Title

Water Quality Affected by Management at the Cosumnes River Preserve

Poster Number

11

Lead Author Major

Environmental Science

Format

Poster Presentation

Faculty Mentor Name

Laura Rademacher

Faculty Mentor Department

Earth and Environmental Sciences

Abstract/Artist Statement

The Cosumnes Watershed is an important hydrological system in Northern California, not only because it has been relatively unchanged by humans, but also because it can be used to study watershed sustainability and water quality. Ecological areas of importance include habitats within the Cosumnes River Preserve. The Cosumnes River Preserve, located near the mouth of the Cosumnes River, covers about 50,000 acres of land. The preserve was created to permanently protect a variety of habitats and wildlife, including opportunities for people to experience natural landscapes. The management plan is designed with these aspects of the preserve in mind. The two main goals of the management plan are to restore and maintain native biological communities and to improve stewardship of lands in the watershed. This plan includes water flow management and conservation in wetlands that sustain migratory bird populations on the Pacific Flyway travelling south. The Pacific Flyway is an important northsouth corridor of bird migration extending from Alaska to Patagonia. The Cosumnes River Preserve lies along this corridor and supports populations of migratory and non-migratory birds. The wetlands and riparian habitats in the preserve are a very important source of food and shelter. Over 250 different avian species visit the preserve each year. We hypothesize that changes in water flow patterns between summer and winter operations impacts water quality. We measured water quality parameters such as conductivity, pH, dissolved oxygen, and temperature throughout the preserve, including all primary inlets and outlets to assess the winter mode water quality. Continued study to establish summer flow system water quality parameters will provide a foundation for establishing links between water quality and management practices. It is very likely that water quality, and therefore, viability of the food chain supporting migratory birds, is closely coupled to discharge throughout the Cosumnes River Preserve.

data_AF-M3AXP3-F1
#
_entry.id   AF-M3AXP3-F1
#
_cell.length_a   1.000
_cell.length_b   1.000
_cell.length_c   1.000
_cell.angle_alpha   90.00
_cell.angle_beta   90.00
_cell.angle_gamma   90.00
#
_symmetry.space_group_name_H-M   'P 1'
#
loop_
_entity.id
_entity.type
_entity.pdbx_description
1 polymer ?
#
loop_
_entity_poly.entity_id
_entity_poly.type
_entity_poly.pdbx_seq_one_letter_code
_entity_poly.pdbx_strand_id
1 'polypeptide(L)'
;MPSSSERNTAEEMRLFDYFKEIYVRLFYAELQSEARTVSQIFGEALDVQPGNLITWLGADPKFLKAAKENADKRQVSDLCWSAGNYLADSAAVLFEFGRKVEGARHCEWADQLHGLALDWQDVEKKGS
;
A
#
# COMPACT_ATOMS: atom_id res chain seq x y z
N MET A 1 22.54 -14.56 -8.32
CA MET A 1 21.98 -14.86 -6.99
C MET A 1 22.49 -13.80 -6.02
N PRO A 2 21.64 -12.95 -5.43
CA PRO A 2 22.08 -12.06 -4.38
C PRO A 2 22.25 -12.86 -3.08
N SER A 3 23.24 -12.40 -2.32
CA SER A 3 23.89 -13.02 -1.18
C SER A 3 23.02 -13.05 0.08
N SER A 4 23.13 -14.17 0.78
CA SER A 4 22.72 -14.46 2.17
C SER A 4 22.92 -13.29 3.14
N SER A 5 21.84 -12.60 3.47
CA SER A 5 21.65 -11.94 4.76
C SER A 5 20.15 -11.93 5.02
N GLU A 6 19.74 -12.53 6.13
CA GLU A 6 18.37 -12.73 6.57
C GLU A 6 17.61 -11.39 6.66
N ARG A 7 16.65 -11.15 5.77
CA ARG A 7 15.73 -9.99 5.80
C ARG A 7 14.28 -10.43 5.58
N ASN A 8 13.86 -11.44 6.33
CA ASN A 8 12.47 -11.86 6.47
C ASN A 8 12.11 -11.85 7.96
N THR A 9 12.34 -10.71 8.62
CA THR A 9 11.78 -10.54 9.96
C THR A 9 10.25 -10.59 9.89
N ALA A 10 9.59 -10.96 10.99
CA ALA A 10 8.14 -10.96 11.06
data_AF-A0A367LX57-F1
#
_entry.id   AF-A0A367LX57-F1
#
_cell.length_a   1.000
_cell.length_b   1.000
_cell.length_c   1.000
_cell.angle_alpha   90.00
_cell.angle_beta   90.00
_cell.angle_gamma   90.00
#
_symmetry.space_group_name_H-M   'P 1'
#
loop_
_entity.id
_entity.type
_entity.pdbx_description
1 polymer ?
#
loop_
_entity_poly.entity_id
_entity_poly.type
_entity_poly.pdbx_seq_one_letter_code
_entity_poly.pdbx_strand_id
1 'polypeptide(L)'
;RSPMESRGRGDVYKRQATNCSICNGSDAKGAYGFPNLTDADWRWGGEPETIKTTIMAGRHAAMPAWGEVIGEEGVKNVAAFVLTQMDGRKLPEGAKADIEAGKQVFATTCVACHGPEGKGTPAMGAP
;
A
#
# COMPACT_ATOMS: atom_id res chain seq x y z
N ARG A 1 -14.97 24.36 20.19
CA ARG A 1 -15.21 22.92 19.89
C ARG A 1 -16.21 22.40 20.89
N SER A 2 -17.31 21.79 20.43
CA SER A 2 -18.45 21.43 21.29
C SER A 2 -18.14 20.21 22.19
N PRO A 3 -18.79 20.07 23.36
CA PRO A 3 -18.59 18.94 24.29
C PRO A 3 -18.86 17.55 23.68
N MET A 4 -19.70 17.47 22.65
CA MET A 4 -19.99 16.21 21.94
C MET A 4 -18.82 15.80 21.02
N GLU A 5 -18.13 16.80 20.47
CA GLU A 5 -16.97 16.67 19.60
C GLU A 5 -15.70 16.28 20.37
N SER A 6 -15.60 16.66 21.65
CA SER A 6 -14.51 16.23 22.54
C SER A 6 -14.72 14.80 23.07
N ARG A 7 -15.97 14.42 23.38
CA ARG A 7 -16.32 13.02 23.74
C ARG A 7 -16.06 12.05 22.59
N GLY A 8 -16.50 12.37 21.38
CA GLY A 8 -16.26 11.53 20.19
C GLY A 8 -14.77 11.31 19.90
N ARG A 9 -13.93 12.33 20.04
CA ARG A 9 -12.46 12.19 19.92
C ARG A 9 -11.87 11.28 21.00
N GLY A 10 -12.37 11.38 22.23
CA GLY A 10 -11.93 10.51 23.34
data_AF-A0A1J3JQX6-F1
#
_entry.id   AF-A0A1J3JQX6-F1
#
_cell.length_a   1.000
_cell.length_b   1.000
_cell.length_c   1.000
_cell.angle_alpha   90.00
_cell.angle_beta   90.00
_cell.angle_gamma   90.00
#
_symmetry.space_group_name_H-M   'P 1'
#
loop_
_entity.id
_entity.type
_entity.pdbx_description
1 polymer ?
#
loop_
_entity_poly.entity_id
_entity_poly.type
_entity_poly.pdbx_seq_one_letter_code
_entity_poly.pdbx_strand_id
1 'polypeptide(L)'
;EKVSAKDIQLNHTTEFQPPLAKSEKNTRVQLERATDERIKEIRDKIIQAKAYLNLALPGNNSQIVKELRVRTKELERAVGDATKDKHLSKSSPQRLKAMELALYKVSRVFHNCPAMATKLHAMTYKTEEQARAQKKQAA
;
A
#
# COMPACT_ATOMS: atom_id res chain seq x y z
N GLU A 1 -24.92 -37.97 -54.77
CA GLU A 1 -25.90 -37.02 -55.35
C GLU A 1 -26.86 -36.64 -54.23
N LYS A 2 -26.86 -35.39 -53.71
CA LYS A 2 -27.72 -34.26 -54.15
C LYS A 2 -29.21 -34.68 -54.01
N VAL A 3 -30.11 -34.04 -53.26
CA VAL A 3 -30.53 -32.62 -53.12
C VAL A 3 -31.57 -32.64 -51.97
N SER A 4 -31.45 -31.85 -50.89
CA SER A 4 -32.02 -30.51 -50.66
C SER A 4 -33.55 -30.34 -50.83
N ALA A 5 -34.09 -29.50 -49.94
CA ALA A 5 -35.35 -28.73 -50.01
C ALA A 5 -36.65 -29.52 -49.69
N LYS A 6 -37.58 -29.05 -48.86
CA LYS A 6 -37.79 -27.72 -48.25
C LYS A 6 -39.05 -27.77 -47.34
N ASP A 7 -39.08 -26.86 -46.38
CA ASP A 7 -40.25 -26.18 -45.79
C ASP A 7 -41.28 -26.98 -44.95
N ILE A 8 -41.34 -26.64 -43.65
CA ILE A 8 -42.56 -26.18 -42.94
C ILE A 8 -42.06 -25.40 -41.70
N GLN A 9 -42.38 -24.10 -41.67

Location

DeRosa University Center, Ballroom

Start Date

25-4-2015 2:00 PM

End Date

25-4-2015 4:00 PM

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Apr 25th, 2:00 PM Apr 25th, 4:00 PM

Water Quality Affected by Management at the Cosumnes River Preserve

DeRosa University Center, Ballroom

The Cosumnes Watershed is an important hydrological system in Northern California, not only because it has been relatively unchanged by humans, but also because it can be used to study watershed sustainability and water quality. Ecological areas of importance include habitats within the Cosumnes River Preserve. The Cosumnes River Preserve, located near the mouth of the Cosumnes River, covers about 50,000 acres of land. The preserve was created to permanently protect a variety of habitats and wildlife, including opportunities for people to experience natural landscapes. The management plan is designed with these aspects of the preserve in mind. The two main goals of the management plan are to restore and maintain native biological communities and to improve stewardship of lands in the watershed. This plan includes water flow management and conservation in wetlands that sustain migratory bird populations on the Pacific Flyway travelling south. The Pacific Flyway is an important northsouth corridor of bird migration extending from Alaska to Patagonia. The Cosumnes River Preserve lies along this corridor and supports populations of migratory and non-migratory birds. The wetlands and riparian habitats in the preserve are a very important source of food and shelter. Over 250 different avian species visit the preserve each year. We hypothesize that changes in water flow patterns between summer and winter operations impacts water quality. We measured water quality parameters such as conductivity, pH, dissolved oxygen, and temperature throughout the preserve, including all primary inlets and outlets to assess the winter mode water quality. Continued study to establish summer flow system water quality parameters will provide a foundation for establishing links between water quality and management practices. It is very likely that water quality, and therefore, viability of the food chain supporting migratory birds, is closely coupled to discharge throughout the Cosumnes River Preserve.